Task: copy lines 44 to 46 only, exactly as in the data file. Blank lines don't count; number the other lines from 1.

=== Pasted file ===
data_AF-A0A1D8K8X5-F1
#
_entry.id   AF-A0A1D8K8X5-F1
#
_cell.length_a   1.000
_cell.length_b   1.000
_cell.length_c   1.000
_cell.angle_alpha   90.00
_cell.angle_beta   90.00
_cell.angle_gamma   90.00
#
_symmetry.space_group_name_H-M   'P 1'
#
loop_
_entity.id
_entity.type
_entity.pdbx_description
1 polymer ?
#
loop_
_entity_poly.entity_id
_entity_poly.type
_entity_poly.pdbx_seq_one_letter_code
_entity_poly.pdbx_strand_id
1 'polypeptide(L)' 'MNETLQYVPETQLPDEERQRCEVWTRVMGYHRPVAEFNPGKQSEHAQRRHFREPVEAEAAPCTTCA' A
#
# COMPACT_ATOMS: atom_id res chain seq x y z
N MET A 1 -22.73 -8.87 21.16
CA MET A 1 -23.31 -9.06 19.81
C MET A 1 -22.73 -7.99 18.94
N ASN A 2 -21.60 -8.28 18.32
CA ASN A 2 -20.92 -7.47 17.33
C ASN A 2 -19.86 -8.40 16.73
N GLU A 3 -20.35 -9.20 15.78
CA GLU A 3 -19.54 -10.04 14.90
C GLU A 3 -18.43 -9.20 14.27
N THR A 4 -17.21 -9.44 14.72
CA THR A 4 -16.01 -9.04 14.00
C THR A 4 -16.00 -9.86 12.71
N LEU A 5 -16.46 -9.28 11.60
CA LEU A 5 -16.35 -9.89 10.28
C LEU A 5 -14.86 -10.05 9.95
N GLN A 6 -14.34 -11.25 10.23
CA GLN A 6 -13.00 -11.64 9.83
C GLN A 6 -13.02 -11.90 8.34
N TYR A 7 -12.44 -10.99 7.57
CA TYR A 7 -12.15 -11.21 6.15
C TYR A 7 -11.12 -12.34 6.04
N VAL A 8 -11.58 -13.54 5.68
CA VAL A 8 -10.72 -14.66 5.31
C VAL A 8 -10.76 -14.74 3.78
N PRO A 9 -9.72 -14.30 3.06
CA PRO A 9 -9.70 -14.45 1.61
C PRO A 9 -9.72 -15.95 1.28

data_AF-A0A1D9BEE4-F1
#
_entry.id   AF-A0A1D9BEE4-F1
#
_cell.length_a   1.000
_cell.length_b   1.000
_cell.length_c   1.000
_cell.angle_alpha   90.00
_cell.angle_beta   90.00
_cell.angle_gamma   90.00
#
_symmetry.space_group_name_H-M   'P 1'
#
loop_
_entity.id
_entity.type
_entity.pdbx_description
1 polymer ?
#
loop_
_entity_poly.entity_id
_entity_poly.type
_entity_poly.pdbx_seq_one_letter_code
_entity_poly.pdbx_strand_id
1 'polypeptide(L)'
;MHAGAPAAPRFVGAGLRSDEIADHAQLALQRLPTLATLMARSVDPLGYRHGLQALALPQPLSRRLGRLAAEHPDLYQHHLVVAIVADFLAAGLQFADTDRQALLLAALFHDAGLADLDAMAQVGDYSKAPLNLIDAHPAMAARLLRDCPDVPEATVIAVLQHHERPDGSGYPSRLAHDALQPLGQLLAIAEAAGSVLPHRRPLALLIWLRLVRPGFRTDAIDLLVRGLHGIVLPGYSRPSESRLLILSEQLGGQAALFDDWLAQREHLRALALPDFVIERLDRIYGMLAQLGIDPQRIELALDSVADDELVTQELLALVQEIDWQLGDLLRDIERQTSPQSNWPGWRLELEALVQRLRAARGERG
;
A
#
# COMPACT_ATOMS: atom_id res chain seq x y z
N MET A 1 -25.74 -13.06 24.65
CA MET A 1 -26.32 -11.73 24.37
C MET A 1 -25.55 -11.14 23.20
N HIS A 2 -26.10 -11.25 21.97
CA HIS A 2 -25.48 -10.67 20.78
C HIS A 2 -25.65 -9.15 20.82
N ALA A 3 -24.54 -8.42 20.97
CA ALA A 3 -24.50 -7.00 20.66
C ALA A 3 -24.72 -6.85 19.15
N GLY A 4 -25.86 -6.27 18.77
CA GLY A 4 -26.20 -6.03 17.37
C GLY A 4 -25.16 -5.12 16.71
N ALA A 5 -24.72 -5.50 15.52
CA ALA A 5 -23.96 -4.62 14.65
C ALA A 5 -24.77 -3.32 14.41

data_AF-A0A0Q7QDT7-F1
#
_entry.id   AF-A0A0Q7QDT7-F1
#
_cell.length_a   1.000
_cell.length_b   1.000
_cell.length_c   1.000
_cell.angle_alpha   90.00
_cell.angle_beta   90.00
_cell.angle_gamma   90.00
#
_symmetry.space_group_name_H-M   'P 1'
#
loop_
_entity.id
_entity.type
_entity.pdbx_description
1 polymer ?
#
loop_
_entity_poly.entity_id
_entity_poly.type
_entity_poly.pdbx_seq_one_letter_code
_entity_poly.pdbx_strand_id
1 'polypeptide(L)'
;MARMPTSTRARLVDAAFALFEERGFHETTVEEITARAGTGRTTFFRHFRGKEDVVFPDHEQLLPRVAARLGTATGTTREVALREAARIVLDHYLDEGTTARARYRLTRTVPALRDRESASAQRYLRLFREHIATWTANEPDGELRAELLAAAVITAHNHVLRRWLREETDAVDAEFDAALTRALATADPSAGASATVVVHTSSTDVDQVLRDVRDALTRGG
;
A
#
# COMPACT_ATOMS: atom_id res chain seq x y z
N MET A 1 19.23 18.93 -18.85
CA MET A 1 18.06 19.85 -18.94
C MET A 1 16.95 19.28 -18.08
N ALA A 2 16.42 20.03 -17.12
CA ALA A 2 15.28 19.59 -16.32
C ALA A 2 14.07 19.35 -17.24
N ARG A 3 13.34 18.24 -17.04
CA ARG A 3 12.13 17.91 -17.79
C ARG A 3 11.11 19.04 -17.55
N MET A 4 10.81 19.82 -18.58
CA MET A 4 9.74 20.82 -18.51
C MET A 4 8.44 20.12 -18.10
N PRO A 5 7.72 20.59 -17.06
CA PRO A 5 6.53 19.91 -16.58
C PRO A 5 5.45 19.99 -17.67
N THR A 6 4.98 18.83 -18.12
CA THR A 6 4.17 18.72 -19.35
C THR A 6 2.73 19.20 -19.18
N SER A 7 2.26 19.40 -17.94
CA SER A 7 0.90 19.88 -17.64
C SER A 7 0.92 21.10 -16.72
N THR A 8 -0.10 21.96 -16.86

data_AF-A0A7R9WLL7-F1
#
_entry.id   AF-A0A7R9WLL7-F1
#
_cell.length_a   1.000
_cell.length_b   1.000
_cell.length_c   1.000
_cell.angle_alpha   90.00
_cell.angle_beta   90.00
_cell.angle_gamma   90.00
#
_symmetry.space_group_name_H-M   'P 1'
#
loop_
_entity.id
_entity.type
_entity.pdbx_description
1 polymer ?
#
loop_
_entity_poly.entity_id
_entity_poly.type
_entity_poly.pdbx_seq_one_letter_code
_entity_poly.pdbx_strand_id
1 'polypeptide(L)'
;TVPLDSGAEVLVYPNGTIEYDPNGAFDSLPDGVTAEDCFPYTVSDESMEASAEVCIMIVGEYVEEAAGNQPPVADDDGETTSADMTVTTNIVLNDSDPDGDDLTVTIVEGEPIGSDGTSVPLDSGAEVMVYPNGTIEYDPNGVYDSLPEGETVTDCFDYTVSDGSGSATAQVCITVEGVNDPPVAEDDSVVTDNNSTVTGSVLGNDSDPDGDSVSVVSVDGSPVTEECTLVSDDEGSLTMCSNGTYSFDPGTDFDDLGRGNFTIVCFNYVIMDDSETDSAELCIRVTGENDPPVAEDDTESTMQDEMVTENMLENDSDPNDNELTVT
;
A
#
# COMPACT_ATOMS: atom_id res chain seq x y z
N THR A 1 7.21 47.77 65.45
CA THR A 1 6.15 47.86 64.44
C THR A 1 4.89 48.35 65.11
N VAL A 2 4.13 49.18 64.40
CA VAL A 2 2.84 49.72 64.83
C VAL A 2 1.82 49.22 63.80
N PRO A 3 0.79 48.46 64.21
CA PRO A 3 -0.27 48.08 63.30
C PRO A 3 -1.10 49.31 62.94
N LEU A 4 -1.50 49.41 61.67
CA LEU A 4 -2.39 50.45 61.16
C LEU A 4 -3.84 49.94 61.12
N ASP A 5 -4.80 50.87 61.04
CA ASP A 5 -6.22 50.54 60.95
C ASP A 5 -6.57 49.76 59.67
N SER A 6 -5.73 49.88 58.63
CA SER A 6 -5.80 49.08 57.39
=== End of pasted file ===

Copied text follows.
CA GLN A 6 -13.00 -11.64 9.83
C GLN A 6 -13.02 -11.90 8.34
N TYR A 7 -12.44 -10.99 7.57